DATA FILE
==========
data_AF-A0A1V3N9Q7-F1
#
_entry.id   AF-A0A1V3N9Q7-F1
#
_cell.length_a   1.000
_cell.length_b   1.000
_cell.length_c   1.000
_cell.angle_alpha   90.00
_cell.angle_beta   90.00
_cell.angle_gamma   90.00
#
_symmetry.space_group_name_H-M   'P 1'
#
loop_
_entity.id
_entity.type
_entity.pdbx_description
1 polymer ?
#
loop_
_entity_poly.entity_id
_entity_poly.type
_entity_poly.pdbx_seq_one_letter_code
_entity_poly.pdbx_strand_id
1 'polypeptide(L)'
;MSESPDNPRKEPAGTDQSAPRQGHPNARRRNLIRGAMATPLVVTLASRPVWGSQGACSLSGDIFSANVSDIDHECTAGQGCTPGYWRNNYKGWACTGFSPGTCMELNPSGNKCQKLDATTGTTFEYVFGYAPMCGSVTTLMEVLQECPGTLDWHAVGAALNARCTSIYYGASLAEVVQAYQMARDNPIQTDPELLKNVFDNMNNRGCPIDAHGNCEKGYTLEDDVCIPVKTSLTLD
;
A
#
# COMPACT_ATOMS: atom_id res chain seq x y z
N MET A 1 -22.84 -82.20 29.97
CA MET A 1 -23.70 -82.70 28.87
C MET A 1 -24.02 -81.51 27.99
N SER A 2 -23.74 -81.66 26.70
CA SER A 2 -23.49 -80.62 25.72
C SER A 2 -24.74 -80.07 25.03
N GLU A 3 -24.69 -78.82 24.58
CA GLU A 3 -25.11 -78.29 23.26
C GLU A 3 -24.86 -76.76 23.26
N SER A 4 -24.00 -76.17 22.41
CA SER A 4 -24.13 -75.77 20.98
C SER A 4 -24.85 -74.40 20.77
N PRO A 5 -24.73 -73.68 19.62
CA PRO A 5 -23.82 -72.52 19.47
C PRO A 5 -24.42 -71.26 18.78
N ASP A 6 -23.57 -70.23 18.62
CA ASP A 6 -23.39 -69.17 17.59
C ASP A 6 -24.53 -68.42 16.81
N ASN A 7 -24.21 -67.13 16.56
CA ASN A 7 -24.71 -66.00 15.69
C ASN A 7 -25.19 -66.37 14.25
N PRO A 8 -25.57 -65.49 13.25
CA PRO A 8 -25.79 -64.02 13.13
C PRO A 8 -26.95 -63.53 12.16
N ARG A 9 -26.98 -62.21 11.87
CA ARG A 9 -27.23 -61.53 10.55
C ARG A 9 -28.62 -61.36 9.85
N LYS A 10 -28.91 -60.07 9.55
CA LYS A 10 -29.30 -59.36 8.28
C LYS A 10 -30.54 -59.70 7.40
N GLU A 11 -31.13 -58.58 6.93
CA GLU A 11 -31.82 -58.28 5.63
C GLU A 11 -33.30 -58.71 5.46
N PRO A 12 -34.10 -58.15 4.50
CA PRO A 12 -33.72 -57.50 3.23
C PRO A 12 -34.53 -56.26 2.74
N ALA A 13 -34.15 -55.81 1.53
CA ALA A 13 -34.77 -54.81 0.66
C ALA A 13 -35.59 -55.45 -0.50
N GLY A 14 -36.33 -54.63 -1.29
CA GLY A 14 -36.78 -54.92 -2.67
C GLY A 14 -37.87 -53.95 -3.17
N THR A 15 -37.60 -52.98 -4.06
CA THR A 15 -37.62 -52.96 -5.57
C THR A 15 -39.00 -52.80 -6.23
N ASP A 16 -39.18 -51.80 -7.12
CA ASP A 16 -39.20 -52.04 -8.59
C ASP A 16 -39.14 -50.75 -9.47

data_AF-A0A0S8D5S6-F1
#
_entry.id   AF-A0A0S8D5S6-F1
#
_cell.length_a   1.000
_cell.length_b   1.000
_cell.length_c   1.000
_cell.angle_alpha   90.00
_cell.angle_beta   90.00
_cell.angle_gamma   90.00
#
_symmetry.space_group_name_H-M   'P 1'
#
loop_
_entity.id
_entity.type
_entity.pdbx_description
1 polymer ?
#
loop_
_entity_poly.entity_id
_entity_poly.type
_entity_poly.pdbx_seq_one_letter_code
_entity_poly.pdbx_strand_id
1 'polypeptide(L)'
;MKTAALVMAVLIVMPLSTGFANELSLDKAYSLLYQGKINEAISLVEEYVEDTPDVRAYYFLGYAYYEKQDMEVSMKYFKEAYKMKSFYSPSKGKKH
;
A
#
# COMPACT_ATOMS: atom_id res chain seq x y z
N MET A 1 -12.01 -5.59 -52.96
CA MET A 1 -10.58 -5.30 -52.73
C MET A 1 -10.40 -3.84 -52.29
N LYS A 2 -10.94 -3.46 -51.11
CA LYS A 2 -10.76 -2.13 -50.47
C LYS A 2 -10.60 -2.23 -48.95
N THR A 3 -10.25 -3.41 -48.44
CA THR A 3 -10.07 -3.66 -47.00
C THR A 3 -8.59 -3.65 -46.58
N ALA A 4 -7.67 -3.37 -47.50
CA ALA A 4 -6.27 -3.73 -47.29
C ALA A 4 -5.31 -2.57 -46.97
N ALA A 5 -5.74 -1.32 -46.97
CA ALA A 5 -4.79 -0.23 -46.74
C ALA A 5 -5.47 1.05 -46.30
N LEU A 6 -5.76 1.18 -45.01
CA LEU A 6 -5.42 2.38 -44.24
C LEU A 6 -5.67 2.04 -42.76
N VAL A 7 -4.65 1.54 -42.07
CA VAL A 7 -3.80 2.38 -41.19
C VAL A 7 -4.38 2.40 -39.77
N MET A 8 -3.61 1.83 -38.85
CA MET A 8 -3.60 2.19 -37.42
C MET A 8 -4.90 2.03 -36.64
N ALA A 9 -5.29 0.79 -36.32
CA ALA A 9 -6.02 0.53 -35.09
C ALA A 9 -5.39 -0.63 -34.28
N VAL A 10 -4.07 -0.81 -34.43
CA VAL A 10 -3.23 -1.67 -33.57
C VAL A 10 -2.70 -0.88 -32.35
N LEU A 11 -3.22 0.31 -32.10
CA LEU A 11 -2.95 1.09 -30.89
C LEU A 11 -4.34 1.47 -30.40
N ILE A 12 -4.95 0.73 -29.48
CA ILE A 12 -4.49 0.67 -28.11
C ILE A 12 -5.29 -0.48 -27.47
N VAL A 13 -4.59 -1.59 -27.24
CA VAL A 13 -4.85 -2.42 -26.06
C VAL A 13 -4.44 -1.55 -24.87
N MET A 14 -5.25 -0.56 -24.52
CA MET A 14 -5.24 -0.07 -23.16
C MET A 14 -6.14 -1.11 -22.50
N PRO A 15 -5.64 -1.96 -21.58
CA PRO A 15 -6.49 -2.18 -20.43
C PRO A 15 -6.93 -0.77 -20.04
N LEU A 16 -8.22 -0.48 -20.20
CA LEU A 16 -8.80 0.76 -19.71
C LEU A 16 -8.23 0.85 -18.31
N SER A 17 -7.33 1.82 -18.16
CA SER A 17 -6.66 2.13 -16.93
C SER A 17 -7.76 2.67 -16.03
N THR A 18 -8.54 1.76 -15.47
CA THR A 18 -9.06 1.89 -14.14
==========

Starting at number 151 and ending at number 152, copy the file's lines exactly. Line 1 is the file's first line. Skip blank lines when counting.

N PRO A 15 -5.64 -1.96 -21.58
CA PRO A 15 -6.49 -2.18 -20.43